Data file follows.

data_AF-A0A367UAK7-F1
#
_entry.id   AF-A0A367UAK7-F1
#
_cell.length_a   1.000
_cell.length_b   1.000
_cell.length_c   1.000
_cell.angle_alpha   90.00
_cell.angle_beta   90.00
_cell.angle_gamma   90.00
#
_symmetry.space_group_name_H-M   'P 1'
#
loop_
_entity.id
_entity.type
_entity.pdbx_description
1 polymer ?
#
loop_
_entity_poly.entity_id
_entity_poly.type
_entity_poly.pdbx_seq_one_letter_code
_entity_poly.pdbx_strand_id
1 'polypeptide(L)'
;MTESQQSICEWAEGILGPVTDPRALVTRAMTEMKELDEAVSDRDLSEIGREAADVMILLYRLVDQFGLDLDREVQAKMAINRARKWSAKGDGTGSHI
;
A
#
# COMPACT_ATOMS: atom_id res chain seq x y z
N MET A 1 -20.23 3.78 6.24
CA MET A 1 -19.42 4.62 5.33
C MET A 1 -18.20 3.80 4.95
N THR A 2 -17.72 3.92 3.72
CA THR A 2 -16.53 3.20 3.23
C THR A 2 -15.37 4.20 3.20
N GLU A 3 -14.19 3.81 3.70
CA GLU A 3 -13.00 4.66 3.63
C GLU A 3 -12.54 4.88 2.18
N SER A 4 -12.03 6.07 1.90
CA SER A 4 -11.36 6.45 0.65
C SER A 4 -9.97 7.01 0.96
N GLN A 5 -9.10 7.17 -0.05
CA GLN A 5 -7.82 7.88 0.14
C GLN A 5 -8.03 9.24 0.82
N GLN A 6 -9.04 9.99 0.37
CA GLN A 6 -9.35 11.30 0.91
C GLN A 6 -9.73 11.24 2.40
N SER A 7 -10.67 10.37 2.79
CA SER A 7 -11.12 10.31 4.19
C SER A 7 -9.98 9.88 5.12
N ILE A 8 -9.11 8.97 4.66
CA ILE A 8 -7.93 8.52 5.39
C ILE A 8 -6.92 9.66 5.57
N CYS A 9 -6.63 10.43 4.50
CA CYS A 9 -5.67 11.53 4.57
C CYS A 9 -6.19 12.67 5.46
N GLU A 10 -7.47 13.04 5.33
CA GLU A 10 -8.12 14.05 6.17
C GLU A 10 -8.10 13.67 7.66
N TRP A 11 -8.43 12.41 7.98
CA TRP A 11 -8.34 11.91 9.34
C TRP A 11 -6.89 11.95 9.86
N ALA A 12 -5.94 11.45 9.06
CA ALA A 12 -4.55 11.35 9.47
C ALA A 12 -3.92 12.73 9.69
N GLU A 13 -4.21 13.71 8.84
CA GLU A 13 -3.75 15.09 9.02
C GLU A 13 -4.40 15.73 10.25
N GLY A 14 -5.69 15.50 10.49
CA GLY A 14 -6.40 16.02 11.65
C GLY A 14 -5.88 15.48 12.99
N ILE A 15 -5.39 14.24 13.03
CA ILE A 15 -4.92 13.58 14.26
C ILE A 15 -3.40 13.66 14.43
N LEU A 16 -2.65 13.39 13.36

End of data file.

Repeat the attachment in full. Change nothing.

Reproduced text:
data_AF-A0A367UAK7-F1
#
_entry.id   AF-A0A367UAK7-F1
#
_cell.length_a   1.000
_cell.length_b   1.000
_cell.length_c   1.000
_cell.angle_alpha   90.00
_cell.angle_beta   90.00
_cell.angle_gamma   90.00
#
_symmetry.space_group_name_H-M   'P 1'
#
loop_
_entity.id
_entity.type
_entity.pdbx_description
1 polymer ?
#
loop_
_entity_poly.entity_id
_entity_poly.type
_entity_poly.pdbx_seq_one_letter_code
_entity_poly.pdbx_strand_id
1 'polypeptide(L)'
;MTESQQSICEWAEGILGPVTDPRALVTRAMTEMKELDEAVSDRDLSEIGREAADVMILLYRLVDQFGLDLDREVQAKMAINRARKWSAKGDGTGSHI
;
A
#
# COMPACT_ATOMS: atom_id res chain seq x y z
N MET A 1 -20.23 3.78 6.24
CA MET A 1 -19.42 4.62 5.33
C MET A 1 -18.20 3.80 4.95
N THR A 2 -17.72 3.92 3.72
CA THR A 2 -16.53 3.20 3.23
C THR A 2 -15.37 4.20 3.20
N GLU A 3 -14.19 3.81 3.70
CA GLU A 3 -13.00 4.66 3.63
C GLU A 3 -12.54 4.88 2.18
N SER A 4 -12.03 6.07 1.90
CA SER A 4 -11.36 6.45 0.65
C SER A 4 -9.97 7.01 0.96
N GLN A 5 -9.10 7.17 -0.05
CA GLN A 5 -7.82 7.88 0.14
C GLN A 5 -8.03 9.24 0.82
N GLN A 6 -9.04 9.99 0.37
CA GLN A 6 -9.35 11.30 0.91
C GLN A 6 -9.73 11.24 2.40
N SER A 7 -10.67 10.37 2.79
CA SER A 7 -11.12 10.31 4.19
C SER A 7 -9.98 9.88 5.12
N ILE A 8 -9.11 8.97 4.66
CA ILE A 8 -7.93 8.52 5.39
C ILE A 8 -6.92 9.66 5.57
N CYS A 9 -6.63 10.43 4.50
CA CYS A 9 -5.67 11.53 4.57
C CYS A 9 -6.19 12.67 5.46
N GLU A 10 -7.47 13.04 5.33
CA GLU A 10 -8.12 14.05 6.17
C GLU A 10 -8.10 13.67 7.66
N TRP A 11 -8.43 12.41 7.98
CA TRP A 11 -8.34 11.91 9.34
C TRP A 11 -6.89 11.95 9.86
N ALA A 12 -5.94 11.45 9.06
CA ALA A 12 -4.55 11.35 9.47
C ALA A 12 -3.92 12.73 9.69
N GLU A 13 -4.21 13.71 8.84
CA GLU A 13 -3.75 15.09 9.02
C GLU A 13 -4.40 15.73 10.25
N GLY A 14 -5.69 15.50 10.49
CA GLY A 14 -6.40 16.02 11.65
C GLY A 14 -5.88 15.48 12.99
N ILE A 15 -5.39 14.24 13.03
CA ILE A 15 -4.92 13.58 14.26
C ILE A 15 -3.40 13.66 14.43
N LEU A 16 -2.65 13.39 13.36